Appropriate training refers to teaching people the right skills for the job they do. Most companies do a fairly good job with the technical skills, but they forget the people skills and self-management skills that complete the training triangle. Each job requires a slightly different mix of the three skills, but every job requires all three.
People skills include the communication skills of listening, questioning (interviewing), feedback, and other interpersonal skills. Self‑management skills include goal setting, time management, organization, stress management and other self‑directional skills.
Adequate training means ongoing training. Good people cannot be over trained. Once they’ve mastered their job, keep them motivated and growing by cross training. Cross training will keep them from getting bored with the daily repetition and will challenge them to grow and expand their skills. They will have a more “holistic” view of the company, its functions, and its people that will increase their capacity for creativity. When these employees are promoted, they will be better managers because of their higher skill levels and broader view of the company. You set an expectation for constant growth through cross training and encourage your employees to explore the unknown. When market conditions change, you will have more options for shifting staff because of better competence levels in several different areas.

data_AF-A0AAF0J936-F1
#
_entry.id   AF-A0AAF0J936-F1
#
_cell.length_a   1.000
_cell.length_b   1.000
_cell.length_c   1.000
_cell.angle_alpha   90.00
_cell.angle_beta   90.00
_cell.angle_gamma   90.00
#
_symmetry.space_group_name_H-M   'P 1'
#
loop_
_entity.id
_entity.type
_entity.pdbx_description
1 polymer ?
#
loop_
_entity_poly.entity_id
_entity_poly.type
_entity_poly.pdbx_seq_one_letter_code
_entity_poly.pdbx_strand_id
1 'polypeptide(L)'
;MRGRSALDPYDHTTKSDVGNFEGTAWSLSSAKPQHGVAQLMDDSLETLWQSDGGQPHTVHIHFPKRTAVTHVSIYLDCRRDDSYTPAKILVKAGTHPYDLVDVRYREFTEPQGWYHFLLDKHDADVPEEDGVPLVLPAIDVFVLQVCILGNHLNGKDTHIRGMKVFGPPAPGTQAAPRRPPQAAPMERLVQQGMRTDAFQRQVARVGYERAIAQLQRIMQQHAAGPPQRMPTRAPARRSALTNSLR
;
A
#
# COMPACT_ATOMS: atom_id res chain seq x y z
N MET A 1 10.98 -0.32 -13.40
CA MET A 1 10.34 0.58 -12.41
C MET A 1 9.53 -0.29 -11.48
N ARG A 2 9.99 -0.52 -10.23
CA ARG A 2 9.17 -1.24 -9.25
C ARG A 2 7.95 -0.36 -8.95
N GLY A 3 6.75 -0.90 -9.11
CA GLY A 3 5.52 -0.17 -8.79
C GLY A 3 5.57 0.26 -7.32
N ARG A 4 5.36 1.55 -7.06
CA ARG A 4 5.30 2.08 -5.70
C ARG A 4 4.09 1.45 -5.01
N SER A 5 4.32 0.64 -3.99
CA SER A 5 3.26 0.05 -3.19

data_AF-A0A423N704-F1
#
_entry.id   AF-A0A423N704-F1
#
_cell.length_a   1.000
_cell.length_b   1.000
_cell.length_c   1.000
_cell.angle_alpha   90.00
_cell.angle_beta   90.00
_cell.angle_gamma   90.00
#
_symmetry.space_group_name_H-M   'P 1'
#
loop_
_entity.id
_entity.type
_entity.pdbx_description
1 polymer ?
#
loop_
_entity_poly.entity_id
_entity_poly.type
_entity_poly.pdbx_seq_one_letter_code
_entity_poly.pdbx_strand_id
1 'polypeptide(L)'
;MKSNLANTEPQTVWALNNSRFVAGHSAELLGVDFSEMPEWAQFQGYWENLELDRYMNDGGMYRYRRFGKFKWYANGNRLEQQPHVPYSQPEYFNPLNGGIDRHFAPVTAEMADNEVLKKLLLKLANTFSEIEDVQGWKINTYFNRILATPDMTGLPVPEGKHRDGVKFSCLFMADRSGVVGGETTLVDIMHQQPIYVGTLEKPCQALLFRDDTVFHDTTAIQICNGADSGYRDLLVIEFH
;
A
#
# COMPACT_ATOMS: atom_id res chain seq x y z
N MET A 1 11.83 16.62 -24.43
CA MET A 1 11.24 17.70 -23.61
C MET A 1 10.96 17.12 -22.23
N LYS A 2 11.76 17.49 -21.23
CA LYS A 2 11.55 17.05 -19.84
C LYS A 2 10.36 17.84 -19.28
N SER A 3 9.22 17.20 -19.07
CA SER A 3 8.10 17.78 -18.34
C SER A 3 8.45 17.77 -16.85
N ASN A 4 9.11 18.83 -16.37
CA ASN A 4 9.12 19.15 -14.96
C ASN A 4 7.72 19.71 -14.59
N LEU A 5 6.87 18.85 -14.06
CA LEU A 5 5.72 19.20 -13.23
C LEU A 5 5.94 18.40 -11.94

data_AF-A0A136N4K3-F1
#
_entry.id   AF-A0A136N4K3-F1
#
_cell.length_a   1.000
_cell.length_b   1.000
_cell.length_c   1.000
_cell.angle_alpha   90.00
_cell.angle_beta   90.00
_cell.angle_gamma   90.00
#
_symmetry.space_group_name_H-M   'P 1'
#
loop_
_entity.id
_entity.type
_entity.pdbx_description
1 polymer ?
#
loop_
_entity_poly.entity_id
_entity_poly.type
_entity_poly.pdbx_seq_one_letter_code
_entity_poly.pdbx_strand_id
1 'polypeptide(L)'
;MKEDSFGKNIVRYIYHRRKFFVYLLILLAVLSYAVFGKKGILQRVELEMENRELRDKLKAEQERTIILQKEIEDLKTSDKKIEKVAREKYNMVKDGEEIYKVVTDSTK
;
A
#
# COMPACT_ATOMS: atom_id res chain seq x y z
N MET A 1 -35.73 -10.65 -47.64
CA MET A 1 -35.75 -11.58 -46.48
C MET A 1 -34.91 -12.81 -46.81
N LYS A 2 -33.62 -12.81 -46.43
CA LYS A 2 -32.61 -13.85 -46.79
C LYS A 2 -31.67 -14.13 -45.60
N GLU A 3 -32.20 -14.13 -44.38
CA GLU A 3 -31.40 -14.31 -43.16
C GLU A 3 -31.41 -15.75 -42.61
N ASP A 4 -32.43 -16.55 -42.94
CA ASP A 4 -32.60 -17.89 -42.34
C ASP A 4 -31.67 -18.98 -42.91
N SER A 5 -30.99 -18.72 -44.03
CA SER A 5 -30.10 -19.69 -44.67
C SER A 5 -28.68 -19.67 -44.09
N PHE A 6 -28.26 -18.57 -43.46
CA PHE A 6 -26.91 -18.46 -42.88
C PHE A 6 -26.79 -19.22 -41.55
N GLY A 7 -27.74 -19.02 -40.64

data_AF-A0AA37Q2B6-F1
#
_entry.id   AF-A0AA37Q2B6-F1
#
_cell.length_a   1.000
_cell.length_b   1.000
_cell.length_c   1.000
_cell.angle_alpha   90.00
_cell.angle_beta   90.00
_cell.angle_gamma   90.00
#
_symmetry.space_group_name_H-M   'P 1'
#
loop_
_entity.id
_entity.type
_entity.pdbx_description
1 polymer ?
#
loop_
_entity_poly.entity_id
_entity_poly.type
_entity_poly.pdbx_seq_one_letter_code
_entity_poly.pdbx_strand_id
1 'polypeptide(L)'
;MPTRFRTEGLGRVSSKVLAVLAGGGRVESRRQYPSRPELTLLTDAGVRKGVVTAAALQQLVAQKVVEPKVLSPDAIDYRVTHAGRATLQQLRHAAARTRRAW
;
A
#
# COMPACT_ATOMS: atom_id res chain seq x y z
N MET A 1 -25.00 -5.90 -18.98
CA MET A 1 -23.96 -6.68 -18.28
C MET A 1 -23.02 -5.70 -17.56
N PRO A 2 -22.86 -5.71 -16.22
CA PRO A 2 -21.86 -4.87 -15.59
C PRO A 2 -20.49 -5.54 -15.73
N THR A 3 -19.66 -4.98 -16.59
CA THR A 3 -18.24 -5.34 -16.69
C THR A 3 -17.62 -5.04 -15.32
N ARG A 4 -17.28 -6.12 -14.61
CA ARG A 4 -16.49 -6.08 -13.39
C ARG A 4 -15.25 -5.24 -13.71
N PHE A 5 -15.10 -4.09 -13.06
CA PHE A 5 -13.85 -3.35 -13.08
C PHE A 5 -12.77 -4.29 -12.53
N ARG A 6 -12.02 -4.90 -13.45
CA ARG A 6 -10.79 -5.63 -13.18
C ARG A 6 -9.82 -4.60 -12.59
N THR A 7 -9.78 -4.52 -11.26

In addition, the opportunities for vertical training to strengthen the organization and motivate employees are often under‑utilized. The most common form of vertical training is delegation, where a manager shares some of his/her responsibilities with direct reports. While this is a very effective method of motivating, it should be taken even further. For example, allow a direct report to actually do your job for a day or a week to get a real feeling for the kinds of decisions you make and the ramifications they have. You might be surprised by some of the creative solutions they come up with to solve your problems. Some companies periodically rotate direct reports through the boss’s job to keep both sides sharper. Often, the boss will trade jobs with a direct report.
Another vertical training opportunity that is often missed is letting an employee work for a while on a job that is “lower” than his/ hers. For instance, a salesperson might work in order entry or order fulfillment (the warehouse) or an accountant could work on the assembly line or drive a truck for a time. The advantages for team building and motivating will surprise you. You’ll be amazed at how your employees will jump at these opportunities if you let them know that their old job will be there when they come back.
Proper training means bite‑sized training with one level of expertise building upon another. The four stages of bite‑sized training are:
- Ignorance ‑ the employee doesn’t know how to do a task or even what the task is.
- Awareness ‑ the employee still cannot do the task, but he knows what is expected of him.
- Practice ‑ the employee makes many mistakes striving to master the details of the task.
- Knowledge ‑ the employee has perfected his performance so that it becomes habitual.
After the employee passes through all four stages of learning a given task, then and only then is he ready for the introduction of another task that is bite-sized and easier to digest. The training leg of the motivational stool is critical because competence creates confidence. You can play a key role here by letting the employees know they’ve done a good job. Confidence is an internal motivator.